Animal Instincts: Some of the Behaviors that Take Place

Animal instincts are stereotyped, species-typical behaviors. They are completed fully functional the first time they are performed, without any learning needed. Any sort of stimulus or cue will trigger these behaviors. Examples might include a kangaroo rat instantly jumping at the sound of a rattlesnake, even if it has never been near one. 

Many of these instinctive behaviors are important to survival while also guiding animal development. However, the understanding that we have gained about these instincts is still minimal. 


One major instinct includes imprinting. This has been researched and found to be a sort of preprogrammed type of learning. Animals are guided by alternative situations to complete attraction to the mother at birth and mating partners later in life. Research of baby ducks and geese who usually followed their mothers found they would also follow a substitute being. These baby birds did, in fact, follow whatever being was there the first time they opened their eyes. They imprinted the researcher and followed him everywhere as they grew.

Innate Behavior

Innate behaviors are closely controlled by genes. These have little or no environmental influence, occurring naturally in all members of a species whenever they are exposed to a certain stimulus. 

Innate behaviors do not have to be learned or practiced. They are also called instinctive behaviors. An instinct is the ability of an animal to perform a behavior the first time it is exposed to the proper stimulus. If you own a dog, you likely know one key example. A dog will drool the first time—and every time—it is exposed to food.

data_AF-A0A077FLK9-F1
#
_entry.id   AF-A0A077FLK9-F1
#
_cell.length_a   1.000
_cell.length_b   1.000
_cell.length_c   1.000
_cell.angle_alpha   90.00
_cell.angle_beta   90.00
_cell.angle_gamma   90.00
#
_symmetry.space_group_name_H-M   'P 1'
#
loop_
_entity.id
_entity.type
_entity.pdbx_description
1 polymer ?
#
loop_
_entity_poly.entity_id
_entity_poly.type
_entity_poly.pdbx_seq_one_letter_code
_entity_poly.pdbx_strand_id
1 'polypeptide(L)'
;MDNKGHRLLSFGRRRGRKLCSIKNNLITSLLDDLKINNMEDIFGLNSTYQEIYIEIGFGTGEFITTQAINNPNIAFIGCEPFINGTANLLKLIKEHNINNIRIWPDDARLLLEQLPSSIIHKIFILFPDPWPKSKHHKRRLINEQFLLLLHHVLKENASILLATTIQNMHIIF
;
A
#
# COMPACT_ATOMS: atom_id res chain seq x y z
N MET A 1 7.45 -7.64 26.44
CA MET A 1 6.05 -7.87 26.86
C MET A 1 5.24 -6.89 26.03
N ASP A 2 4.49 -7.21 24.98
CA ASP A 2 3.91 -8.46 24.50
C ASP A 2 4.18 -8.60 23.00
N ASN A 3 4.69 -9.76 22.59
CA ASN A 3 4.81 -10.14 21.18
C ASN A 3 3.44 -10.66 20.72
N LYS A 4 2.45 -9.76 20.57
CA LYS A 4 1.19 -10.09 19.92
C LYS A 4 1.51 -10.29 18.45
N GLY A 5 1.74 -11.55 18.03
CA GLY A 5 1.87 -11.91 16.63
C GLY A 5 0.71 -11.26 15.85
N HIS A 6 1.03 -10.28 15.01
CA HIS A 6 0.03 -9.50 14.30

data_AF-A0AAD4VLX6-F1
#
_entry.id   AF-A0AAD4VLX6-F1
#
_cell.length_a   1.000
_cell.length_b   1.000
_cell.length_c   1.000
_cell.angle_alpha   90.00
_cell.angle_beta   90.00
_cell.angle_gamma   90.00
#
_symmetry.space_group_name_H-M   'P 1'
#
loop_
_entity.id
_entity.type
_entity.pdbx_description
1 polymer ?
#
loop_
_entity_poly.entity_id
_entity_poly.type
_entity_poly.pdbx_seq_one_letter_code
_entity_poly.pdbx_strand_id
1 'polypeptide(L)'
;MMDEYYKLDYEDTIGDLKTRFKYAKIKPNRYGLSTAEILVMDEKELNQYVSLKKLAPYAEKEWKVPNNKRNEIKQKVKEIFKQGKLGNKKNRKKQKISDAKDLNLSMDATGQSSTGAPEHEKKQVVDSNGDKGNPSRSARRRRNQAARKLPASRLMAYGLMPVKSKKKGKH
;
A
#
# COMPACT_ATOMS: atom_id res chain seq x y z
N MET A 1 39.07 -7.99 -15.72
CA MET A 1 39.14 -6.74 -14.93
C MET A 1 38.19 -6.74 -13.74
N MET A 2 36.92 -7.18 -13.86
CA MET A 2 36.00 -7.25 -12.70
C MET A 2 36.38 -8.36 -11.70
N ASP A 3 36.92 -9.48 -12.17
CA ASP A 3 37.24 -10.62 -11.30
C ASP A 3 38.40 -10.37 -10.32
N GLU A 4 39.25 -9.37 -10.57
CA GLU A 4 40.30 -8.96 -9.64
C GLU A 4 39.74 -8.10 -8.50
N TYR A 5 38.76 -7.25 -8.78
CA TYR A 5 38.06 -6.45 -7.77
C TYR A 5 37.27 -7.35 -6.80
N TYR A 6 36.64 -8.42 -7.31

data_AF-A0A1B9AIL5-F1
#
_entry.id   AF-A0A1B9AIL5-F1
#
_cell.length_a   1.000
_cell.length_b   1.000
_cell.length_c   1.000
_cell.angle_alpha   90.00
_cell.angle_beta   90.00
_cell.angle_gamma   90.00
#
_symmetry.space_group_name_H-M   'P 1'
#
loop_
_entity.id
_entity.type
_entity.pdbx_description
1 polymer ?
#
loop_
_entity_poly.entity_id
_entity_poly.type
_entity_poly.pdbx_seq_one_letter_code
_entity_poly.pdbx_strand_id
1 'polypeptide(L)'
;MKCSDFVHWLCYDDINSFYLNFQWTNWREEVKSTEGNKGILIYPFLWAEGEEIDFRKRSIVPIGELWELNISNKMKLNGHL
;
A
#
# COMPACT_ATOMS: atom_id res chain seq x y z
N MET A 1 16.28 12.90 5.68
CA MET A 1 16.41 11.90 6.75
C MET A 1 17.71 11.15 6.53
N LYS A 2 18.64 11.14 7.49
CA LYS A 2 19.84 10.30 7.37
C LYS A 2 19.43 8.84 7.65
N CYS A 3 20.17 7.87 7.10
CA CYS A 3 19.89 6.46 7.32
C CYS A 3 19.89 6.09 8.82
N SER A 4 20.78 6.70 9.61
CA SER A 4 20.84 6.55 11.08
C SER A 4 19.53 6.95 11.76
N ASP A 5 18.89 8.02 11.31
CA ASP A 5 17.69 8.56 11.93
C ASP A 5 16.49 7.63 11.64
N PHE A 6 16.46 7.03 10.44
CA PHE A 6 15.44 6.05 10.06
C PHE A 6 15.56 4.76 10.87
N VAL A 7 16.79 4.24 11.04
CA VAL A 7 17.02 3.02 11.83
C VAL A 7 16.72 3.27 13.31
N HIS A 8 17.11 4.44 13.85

Innate behaviors occur in all animals, but they are less common in species with higher levels of intelligence. Humans are one of the most intelligent, leaving us with few innate behaviors. The only innate behaviors in humans are reflexes. A reflex is a response that always occurs when a certain stimulus is present. For example, a human infant will grasp an object, such as a finger, that is placed in its palm. The infant has no control over this reaction because it is innate. Other than reflexes such as this, human behaviors are learned–or at least influenced by experience—rather than being innate.

With all of this, there is much to learn about the many different animal instincts that we see out there. The birds that fly around your house are innately knowledgeable about the creation of their nests. All those little creatures and insects that find their ways around your neighborhood are also instinctively attracted to your garbage, water, and other items.